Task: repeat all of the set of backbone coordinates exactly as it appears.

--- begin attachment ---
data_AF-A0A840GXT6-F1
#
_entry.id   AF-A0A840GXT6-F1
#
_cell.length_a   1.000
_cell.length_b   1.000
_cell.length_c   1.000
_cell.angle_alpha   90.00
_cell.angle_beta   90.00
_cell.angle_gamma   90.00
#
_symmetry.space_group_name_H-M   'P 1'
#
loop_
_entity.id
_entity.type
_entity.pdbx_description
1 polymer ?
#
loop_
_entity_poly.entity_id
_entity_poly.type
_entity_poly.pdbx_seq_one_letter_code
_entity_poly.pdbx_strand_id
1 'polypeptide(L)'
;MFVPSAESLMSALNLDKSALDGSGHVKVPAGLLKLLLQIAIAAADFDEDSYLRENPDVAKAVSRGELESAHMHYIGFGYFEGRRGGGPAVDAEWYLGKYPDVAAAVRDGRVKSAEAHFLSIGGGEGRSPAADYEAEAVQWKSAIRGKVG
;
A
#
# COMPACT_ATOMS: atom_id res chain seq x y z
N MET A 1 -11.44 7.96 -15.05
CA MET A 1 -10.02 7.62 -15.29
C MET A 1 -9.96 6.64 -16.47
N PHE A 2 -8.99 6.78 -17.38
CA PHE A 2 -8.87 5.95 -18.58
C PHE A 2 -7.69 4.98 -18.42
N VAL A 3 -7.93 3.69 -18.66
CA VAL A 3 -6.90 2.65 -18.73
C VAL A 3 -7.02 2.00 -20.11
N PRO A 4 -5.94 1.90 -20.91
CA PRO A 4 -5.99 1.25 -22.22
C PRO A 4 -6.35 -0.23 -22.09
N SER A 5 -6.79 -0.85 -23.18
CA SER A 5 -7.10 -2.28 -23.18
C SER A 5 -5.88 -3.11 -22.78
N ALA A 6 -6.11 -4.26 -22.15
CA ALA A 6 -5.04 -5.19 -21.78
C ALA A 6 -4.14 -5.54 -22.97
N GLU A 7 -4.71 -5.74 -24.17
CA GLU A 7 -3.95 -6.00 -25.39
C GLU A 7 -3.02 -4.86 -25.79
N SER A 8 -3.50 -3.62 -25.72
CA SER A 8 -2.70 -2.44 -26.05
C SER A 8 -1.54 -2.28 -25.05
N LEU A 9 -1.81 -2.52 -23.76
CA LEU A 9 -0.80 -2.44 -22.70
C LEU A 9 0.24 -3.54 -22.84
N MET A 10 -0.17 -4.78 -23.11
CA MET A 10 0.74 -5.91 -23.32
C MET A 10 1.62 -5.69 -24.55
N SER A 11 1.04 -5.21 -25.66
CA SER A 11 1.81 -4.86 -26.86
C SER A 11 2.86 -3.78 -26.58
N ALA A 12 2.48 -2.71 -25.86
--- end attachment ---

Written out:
data_AF-A0A840GXT6-F1
#
_entry.id   AF-A0A840GXT6-F1
#
_cell.length_a   1.000
_cell.length_b   1.000
_cell.length_c   1.000
_cell.angle_alpha   90.00
_cell.angle_beta   90.00
_cell.angle_gamma   90.00
#
_symmetry.space_group_name_H-M   'P 1'
#
loop_
_entity.id
_entity.type
_entity.pdbx_description
1 polymer ?
#
loop_
_entity_poly.entity_id
_entity_poly.type
_entity_poly.pdbx_seq_one_letter_code
_entity_poly.pdbx_strand_id
1 'polypeptide(L)'
;MFVPSAESLMSALNLDKSALDGSGHVKVPAGLLKLLLQIAIAAADFDEDSYLRENPDVAKAVSRGELESAHMHYIGFGYFEGRRGGGPAVDAEWYLGKYPDVAAAVRDGRVKSAEAHFLSIGGGEGRSPAADYEAEAVQWKSAIRGKVG
;
A
#
# COMPACT_ATOMS: atom_id res chain seq x y z
N MET A 1 -11.44 7.96 -15.05
CA MET A 1 -10.02 7.62 -15.29
C MET A 1 -9.96 6.64 -16.47
N PHE A 2 -8.99 6.78 -17.38
CA PHE A 2 -8.87 5.95 -18.58
C PHE A 2 -7.69 4.98 -18.42
N VAL A 3 -7.93 3.69 -18.66
CA VAL A 3 -6.90 2.65 -18.73
C VAL A 3 -7.02 2.00 -20.11
N PRO A 4 -5.94 1.90 -20.91
CA PRO A 4 -5.99 1.25 -22.22
C PRO A 4 -6.35 -0.23 -22.09
N SER A 5 -6.79 -0.85 -23.18
CA SER A 5 -7.10 -2.28 -23.18
C SER A 5 -5.88 -3.11 -22.78
N ALA A 6 -6.11 -4.26 -22.15
CA ALA A 6 -5.04 -5.19 -21.78
C ALA A 6 -4.14 -5.54 -22.97
N GLU A 7 -4.71 -5.74 -24.17
CA GLU A 7 -3.95 -6.00 -25.39
C GLU A 7 -3.02 -4.86 -25.79
N SER A 8 -3.50 -3.62 -25.72
CA SER A 8 -2.70 -2.44 -26.05
C SER A 8 -1.54 -2.28 -25.05
N LEU A 9 -1.81 -2.52 -23.76
CA LEU A 9 -0.80 -2.44 -22.70
C LEU A 9 0.24 -3.54 -22.84
N MET A 10 -0.17 -4.78 -23.11
CA MET A 10 0.74 -5.91 -23.32
C MET A 10 1.62 -5.69 -24.55
N SER A 11 1.04 -5.21 -25.66
CA SER A 11 1.81 -4.86 -26.86
C SER A 11 2.86 -3.78 -26.58
N ALA A 12 2.48 -2.71 -25.86